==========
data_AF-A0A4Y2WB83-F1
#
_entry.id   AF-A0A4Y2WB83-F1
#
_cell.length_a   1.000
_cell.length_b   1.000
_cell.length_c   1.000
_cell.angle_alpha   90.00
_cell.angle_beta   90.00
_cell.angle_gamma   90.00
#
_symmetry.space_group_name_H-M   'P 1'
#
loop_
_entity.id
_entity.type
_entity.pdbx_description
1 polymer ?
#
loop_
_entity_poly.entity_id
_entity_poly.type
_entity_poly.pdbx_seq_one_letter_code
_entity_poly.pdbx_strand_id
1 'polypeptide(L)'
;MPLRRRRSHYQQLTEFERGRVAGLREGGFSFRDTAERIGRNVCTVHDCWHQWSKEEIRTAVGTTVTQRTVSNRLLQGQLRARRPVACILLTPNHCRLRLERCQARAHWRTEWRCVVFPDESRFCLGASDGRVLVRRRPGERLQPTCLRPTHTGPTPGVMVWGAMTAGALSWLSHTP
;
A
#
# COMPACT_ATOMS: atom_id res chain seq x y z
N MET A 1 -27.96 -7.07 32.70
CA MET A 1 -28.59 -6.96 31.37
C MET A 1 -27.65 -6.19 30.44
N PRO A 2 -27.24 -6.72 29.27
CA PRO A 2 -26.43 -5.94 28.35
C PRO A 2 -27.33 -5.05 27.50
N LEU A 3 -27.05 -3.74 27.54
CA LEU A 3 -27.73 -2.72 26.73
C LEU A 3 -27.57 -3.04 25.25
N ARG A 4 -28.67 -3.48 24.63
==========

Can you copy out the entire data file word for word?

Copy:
data_AF-A0A4Y2WB83-F1
#
_entry.id   AF-A0A4Y2WB83-F1
#
_cell.length_a   1.000
_cell.length_b   1.000
_cell.length_c   1.000
_cell.angle_alpha   90.00
_cell.angle_beta   90.00
_cell.angle_gamma   90.00
#
_symmetry.space_group_name_H-M   'P 1'
#
loop_
_entity.id
_entity.type
_entity.pdbx_description
1 polymer ?
#
loop_
_entity_poly.entity_id
_entity_poly.type
_entity_poly.pdbx_seq_one_letter_code
_entity_poly.pdbx_strand_id
1 'polypeptide(L)'
;MPLRRRRSHYQQLTEFERGRVAGLREGGFSFRDTAERIGRNVCTVHDCWHQWSKEEIRTAVGTTVTQRTVSNRLLQGQLRARRPVACILLTPNHCRLRLERCQARAHWRTEWRCVVFPDESRFCLGASDGRVLVRRRPGERLQPTCLRPTHTGPTPGVMVWGAMTAGALSWLSHTP
;
A
#
# COMPACT_ATOMS: atom_id res chain seq x y z
N MET A 1 -27.96 -7.07 32.70
CA MET A 1 -28.59 -6.96 31.37
C MET A 1 -27.65 -6.19 30.44
N PRO A 2 -27.24 -6.72 29.27
CA PRO A 2 -26.43 -5.94 28.35
C PRO A 2 -27.33 -5.05 27.50
N LEU A 3 -27.05 -3.74 27.54
CA LEU A 3 -27.73 -2.72 26.73
C LEU A 3 -27.57 -3.04 25.25
N ARG A 4 -28.67 -3.48 24.63